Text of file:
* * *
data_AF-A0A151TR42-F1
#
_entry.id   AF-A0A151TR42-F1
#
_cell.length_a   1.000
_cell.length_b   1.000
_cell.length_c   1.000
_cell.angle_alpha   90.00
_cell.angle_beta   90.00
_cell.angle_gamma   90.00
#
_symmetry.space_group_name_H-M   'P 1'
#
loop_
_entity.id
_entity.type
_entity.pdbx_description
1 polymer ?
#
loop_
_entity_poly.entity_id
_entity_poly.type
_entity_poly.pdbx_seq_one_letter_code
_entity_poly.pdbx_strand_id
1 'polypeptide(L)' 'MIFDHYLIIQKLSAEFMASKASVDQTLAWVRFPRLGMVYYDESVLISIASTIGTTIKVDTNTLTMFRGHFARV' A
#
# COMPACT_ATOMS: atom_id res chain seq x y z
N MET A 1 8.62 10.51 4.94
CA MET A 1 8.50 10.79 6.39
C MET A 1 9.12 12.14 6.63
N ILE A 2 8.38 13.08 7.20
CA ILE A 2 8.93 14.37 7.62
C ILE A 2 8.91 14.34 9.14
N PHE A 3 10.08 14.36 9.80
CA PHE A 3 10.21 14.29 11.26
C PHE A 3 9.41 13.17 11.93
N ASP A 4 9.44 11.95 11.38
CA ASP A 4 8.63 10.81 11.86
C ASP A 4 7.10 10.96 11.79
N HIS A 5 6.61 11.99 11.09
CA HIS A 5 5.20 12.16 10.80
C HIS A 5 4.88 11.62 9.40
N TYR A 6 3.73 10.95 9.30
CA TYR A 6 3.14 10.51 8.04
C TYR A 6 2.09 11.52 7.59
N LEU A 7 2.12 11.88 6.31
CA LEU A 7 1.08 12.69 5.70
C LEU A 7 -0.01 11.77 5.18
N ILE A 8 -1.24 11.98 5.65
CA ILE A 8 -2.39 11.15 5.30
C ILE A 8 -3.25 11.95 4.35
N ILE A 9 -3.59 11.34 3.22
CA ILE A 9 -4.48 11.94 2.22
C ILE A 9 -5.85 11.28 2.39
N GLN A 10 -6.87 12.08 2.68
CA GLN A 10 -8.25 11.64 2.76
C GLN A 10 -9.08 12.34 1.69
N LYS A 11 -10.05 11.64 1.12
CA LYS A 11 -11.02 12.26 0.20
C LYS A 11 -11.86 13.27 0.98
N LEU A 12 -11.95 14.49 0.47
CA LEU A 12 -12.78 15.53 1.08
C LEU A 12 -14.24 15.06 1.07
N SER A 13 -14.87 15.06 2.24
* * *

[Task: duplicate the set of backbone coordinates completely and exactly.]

data_AF-A0A151TR42-F1
#
_entry.id   AF-A0A151TR42-F1
#
_cell.length_a   1.000
_cell.length_b   1.000
_cell.length_c   1.000
_cell.angle_alpha   90.00
_cell.angle_beta   90.00
_cell.angle_gamma   90.00
#
_symmetry.space_group_name_H-M   'P 1'
#
loop_
_entity.id
_entity.type
_entity.pdbx_description
1 polymer ?
#
loop_
_entity_poly.entity_id
_entity_poly.type
_entity_poly.pdbx_seq_one_letter_code
_entity_poly.pdbx_strand_id
1 'polypeptide(L)' 'MIFDHYLIIQKLSAEFMASKASVDQTLAWVRFPRLGMVYYDESVLISIASTIGTTIKVDTNTLTMFRGHFARV' A
#
# COMPACT_ATOMS: atom_id res chain seq x y z
N MET A 1 8.62 10.51 4.94
CA MET A 1 8.50 10.79 6.39
C MET A 1 9.12 12.14 6.63
N ILE A 2 8.38 13.08 7.20
CA ILE A 2 8.93 14.37 7.62
C ILE A 2 8.91 14.34 9.14
N PHE A 3 10.08 14.36 9.80
CA PHE A 3 10.21 14.29 11.26
C PHE A 3 9.41 13.17 11.93
N ASP A 4 9.44 11.95 11.38
CA ASP A 4 8.63 10.81 11.86
C ASP A 4 7.10 10.96 11.79
N HIS A 5 6.61 11.99 11.09
CA HIS A 5 5.20 12.16 10.80
C HIS A 5 4.88 11.62 9.40
N TYR A 6 3.73 10.95 9.30
CA TYR A 6 3.14 10.51 8.04
C TYR A 6 2.09 11.52 7.59
N LEU A 7 2.12 11.88 6.31
CA LEU A 7 1.08 12.69 5.70
C LEU A 7 -0.01 11.77 5.18
N ILE A 8 -1.24 11.98 5.65
CA ILE A 8 -2.39 11.15 5.30
C ILE A 8 -3.25 11.95 4.35
N ILE A 9 -3.59 11.34 3.22
CA ILE A 9 -4.48 11.94 2.22
C ILE A 9 -5.85 11.28 2.39
N GLN A 10 -6.87 12.08 2.68
CA GLN A 10 -8.25 11.64 2.76
C GLN A 10 -9.08 12.34 1.69
N LYS A 11 -10.05 11.64 1.12
CA LYS A 11 -11.02 12.26 0.20
C LYS A 11 -11.86 13.27 0.98
N LEU A 12 -11.95 14.49 0.47
CA LEU A 12 -12.78 15.53 1.08
C LEU A 12 -14.24 15.06 1.07
N SER A 13 -14.87 15.06 2.24